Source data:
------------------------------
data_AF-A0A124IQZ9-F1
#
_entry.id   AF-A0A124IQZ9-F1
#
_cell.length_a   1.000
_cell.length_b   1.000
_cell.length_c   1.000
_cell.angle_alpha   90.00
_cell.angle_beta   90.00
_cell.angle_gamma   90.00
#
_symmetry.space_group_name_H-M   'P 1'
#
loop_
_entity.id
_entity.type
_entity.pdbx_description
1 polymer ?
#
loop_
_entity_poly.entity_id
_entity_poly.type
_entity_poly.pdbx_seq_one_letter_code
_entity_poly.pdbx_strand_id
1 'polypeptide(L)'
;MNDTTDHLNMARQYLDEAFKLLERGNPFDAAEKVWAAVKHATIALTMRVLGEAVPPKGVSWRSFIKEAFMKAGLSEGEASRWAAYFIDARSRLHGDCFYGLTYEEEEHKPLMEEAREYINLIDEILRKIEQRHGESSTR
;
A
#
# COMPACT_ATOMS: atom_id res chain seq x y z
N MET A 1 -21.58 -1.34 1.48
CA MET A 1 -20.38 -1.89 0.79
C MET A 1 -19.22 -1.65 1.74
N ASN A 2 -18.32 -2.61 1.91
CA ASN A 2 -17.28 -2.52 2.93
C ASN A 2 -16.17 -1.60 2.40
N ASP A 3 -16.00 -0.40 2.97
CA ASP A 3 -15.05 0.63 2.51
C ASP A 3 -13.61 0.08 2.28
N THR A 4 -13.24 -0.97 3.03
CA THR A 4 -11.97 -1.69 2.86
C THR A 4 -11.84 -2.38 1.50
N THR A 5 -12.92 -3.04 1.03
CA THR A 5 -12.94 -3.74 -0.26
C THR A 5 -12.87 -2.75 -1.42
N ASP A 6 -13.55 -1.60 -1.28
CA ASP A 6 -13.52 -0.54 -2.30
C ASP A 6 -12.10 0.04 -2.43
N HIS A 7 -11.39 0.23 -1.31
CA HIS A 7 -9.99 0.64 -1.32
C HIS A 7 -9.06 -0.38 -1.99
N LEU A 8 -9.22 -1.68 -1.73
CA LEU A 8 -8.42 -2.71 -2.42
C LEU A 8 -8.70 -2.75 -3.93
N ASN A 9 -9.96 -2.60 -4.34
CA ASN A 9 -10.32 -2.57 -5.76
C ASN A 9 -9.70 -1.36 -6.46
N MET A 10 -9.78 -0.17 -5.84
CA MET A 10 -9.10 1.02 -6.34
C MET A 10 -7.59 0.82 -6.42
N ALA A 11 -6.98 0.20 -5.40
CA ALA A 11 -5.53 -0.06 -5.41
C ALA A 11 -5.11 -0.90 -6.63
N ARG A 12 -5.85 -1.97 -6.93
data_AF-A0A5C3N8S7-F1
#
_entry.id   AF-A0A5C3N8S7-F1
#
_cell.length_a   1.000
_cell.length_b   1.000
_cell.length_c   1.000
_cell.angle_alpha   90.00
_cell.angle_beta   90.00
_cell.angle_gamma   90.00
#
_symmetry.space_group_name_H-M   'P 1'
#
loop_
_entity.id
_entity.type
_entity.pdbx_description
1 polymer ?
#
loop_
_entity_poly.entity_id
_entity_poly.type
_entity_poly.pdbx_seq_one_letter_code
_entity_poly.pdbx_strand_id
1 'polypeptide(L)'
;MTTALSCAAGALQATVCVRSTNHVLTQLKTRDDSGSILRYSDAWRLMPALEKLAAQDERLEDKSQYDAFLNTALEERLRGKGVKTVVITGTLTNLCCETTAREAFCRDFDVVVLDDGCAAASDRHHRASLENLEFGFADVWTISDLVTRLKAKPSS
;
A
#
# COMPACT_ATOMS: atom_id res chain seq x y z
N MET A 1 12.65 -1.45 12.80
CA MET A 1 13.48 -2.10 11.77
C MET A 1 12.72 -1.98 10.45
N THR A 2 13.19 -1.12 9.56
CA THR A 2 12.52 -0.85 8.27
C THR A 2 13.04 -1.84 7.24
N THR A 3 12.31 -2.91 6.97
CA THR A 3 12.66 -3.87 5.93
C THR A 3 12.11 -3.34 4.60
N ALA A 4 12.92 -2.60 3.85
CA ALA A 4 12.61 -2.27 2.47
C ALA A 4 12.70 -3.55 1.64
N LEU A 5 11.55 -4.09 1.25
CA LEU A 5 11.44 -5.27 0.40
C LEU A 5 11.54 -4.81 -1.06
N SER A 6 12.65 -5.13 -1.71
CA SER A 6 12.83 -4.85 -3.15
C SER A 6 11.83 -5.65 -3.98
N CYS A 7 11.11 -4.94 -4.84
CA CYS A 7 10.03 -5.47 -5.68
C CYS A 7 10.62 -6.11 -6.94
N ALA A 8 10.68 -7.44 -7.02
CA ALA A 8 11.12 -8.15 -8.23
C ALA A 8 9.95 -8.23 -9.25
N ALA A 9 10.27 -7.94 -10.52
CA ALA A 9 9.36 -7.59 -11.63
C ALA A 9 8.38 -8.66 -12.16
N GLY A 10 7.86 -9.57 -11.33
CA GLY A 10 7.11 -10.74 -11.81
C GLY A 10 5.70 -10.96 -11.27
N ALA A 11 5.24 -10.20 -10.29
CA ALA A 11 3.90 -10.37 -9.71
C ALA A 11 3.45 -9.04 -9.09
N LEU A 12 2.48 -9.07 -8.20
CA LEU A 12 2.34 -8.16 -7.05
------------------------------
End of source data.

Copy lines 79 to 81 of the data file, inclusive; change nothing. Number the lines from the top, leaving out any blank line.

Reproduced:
_entity.id
_entity.type
_entity.pdbx_description